Rick Carroll: Above the Fold
Aspen, CO, Colorado
A few years ago, when The Aspen Times website had a free-for-all forum for online comments, a local resident relentlessly pressed that we cease the practice or, at the very least, remove the remarks that troubled her. She contended, both through a round of emails and a meeting with me, that the forum allowed anonymous readers to make hurtful and unsubstantiated remarks about her – with no accountability.
And, in a Nov. 14, 2009, email to me, she wrote, “I won’t bore you again with my dismay that something so valuable as Aspen Times community space is being so abused and devalued by the base, juvenile and damaging temper tantrums of a handful of anonymous, unethical cowards. The hoodlums now control the neighborhood, and most of the rest of us no longer want to visit.”
The online vitriol became so bad that she, who was one of the few named posters, stopped making online comments. This was her stand, and her name was Marilyn Marks.
How times have changed.
The recent flap over Aspen’s campaign-finance rules has brought Marks back into the fold of election-season hysterics, pitting her against her arch-adversary, Mayor Mick Ireland. It also has revealed that Marks wants it both ways.
The outgoing mayor is pushing for a city ordinance that would require all campaign contributors of less than $20 to reveal their names. Ireland, who’s still pondering a run for a seat on the City Council, claims that donors should be accountable by providing their identities for all to see. He’s still stewing over the “Sick of Mick” campaign in 2011, launched by Elizabeth Milias, one of a handful of City Hall gadflies.
Against Ireland in this public squabble over donations are Marks, who calls herself an election-transparency activist, and Maurice Emmer, who is running for mayor. Both have contended, in opinions published in this newspaper, that an Aspen ordinance requiring names to be revealed would trample on their First Amendment rights.
Marks and Emmer both make compelling points, but this is an issue best left to the attorneys and courts to sort out, and don’t be surprised if that’s where it heads.
However, Ireland and Marks, and now Emmer, never seem to back down from a spicy rhetorical brawl with each other, especially during campaign season.
On Thursday, Marks, who had been laying low lately, at least in Aspen’s election-transparency circles, threw down the constitutional gauntlet in a letter to this newspaper, dropping such names as Alexander Hamilton, John Jay and James Madison – whose anonymous works appeared in the Federalist Papers – to make her case. “Would Ireland, (Councilmen Adam Frisch, Derek Johnson and Steve Skadron) demand ‘accountability of these Founding Fathers in their anonymous works’?” she asked.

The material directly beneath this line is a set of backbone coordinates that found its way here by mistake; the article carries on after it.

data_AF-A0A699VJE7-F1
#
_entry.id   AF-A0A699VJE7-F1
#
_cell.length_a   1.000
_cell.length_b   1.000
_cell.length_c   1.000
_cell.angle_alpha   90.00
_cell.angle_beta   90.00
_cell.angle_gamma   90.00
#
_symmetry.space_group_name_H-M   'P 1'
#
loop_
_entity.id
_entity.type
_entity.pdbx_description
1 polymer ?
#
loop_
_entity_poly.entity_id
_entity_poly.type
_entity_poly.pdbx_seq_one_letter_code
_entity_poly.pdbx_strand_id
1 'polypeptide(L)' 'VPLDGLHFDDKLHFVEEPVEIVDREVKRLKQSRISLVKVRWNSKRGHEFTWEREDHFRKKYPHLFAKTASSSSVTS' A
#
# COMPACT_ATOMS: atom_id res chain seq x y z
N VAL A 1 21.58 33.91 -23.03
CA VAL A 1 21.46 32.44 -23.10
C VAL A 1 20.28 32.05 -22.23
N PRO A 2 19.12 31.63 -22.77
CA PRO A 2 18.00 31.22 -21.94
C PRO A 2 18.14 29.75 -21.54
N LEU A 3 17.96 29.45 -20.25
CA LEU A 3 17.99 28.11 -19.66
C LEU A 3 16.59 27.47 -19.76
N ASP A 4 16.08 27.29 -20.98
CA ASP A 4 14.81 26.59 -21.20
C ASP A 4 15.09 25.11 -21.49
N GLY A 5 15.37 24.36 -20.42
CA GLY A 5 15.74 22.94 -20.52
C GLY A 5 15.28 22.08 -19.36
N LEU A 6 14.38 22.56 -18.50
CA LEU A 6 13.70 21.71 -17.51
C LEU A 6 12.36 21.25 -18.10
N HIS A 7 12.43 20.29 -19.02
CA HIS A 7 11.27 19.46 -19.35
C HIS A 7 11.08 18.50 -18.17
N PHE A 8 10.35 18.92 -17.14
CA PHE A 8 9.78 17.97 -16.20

The letter prompted Ireland to fire off an email to Marks, saying that “nobody is banned from speaking or criticizing – if you want to pay for personal attacks, put your name on the attack. Accountability is not censorship.”
In true Marks fashion, she made Ireland’s response part of an email thread that’s now making its rounds to members of the City Council, candidates for City Council, media members and others.
Marks and Emmer, the thread shows, argue that Aspen residents are intimidated by the forces of City Hall, which is why anonymous speech serves an important civic purpose. Ireland, meanwhile, told Emmer to “spare me the righteous claims about intimidation” and noted that Emmer’s and Marks’ contentions were “just more B.S. about the ‘right’ to smear people without stepping forward to take credit for nastiness.”
Emmer’s reply: “Confirmed. The Constitution is just more B.S.”
These passionately stubborn types like Emmer, Ireland and Marks make for a classic Aspen spitting bout, but one of these drivers of Aspen headlines needs to look in the mirror.
Marks’ argument about The Aspen Times’ allowing anonymous comments was no different from the one Ireland is currently making: Put your name on it, and be accountable for your words. Marks felt that she was unfairly attacked by anonymous bloggers on the website.
Other factors – not Marks’ insistence that we take down the forum, mind you – led us to use Facebook as a vehicle to post comments on the Times website.
But in a strange twist of philosophy or beliefs, or more likely another opportunity to attack Ireland, Marks now is waving the free-speech flag and insisting that if the incumbent mayor has his way of requiring donors of less than $20 to provide their names, Aspen residents’ constitutional rights will be violated.
Marks’ dueling beliefs are indicative that election season in Aspen often reveals one’s true motives. In the case of Marks, that means discredit your adversaries no matter what your beliefs, even if it validates your hypocrisy.
Rick Carroll is managing editor of The Aspen Times. He takes comments, complaints, questions and news tips – anonymous or identifiable – at firstname.lastname@example.org.
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In this election at least, you can vote with your middle finger or vote for our girls, but not both.